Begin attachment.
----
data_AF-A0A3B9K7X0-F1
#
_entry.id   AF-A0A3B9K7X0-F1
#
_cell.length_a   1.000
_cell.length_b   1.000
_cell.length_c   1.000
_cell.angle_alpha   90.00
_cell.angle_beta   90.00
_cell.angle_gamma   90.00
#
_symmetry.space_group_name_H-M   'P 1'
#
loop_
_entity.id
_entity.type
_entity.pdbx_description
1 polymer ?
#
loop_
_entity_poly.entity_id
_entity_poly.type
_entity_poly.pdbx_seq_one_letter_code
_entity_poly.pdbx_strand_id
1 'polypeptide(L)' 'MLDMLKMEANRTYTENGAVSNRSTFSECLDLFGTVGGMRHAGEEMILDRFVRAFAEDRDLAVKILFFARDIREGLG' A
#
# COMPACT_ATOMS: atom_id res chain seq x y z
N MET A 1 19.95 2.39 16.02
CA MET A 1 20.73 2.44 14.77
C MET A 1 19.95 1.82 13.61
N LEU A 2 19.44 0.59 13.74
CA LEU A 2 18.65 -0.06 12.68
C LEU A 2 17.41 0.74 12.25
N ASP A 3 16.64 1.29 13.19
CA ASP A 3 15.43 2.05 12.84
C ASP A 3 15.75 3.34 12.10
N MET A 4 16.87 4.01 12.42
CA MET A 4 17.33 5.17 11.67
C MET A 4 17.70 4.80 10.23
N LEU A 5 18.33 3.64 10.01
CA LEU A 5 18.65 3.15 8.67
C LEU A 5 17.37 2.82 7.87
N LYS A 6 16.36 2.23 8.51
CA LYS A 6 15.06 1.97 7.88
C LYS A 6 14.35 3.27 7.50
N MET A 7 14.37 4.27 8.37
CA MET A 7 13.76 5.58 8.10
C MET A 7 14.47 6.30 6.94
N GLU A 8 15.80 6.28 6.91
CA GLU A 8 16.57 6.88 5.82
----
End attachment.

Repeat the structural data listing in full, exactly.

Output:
data_AF-A0A3B9K7X0-F1
#
_entry.id   AF-A0A3B9K7X0-F1
#
_cell.length_a   1.000
_cell.length_b   1.000
_cell.length_c   1.000
_cell.angle_alpha   90.00
_cell.angle_beta   90.00
_cell.angle_gamma   90.00
#
_symmetry.space_group_name_H-M   'P 1'
#
loop_
_entity.id
_entity.type
_entity.pdbx_description
1 polymer ?
#
loop_
_entity_poly.entity_id
_entity_poly.type
_entity_poly.pdbx_seq_one_letter_code
_entity_poly.pdbx_strand_id
1 'polypeptide(L)' 'MLDMLKMEANRTYTENGAVSNRSTFSECLDLFGTVGGMRHAGEEMILDRFVRAFAEDRDLAVKILFFARDIREGLG' A
#
# COMPACT_ATOMS: atom_id res chain seq x y z
N MET A 1 19.95 2.39 16.02
CA MET A 1 20.73 2.44 14.77
C MET A 1 19.95 1.82 13.61
N LEU A 2 19.44 0.59 13.74
CA LEU A 2 18.65 -0.06 12.68
C LEU A 2 17.41 0.74 12.25
N ASP A 3 16.64 1.29 13.19
CA ASP A 3 15.43 2.05 12.84
C ASP A 3 15.75 3.34 12.10
N MET A 4 16.87 4.01 12.42
CA MET A 4 17.33 5.17 11.67
C MET A 4 17.70 4.80 10.23
N LEU A 5 18.33 3.64 10.01
CA LEU A 5 18.65 3.15 8.67
C LEU A 5 17.37 2.82 7.87
N LYS A 6 16.36 2.23 8.51
CA LYS A 6 15.06 1.97 7.88
C LYS A 6 14.35 3.27 7.50
N MET A 7 14.37 4.27 8.37
CA MET A 7 13.76 5.58 8.10
C MET A 7 14.47 6.30 6.94
N GLU A 8 15.80 6.28 6.91
CA GLU A 8 16.57 6.88 5.82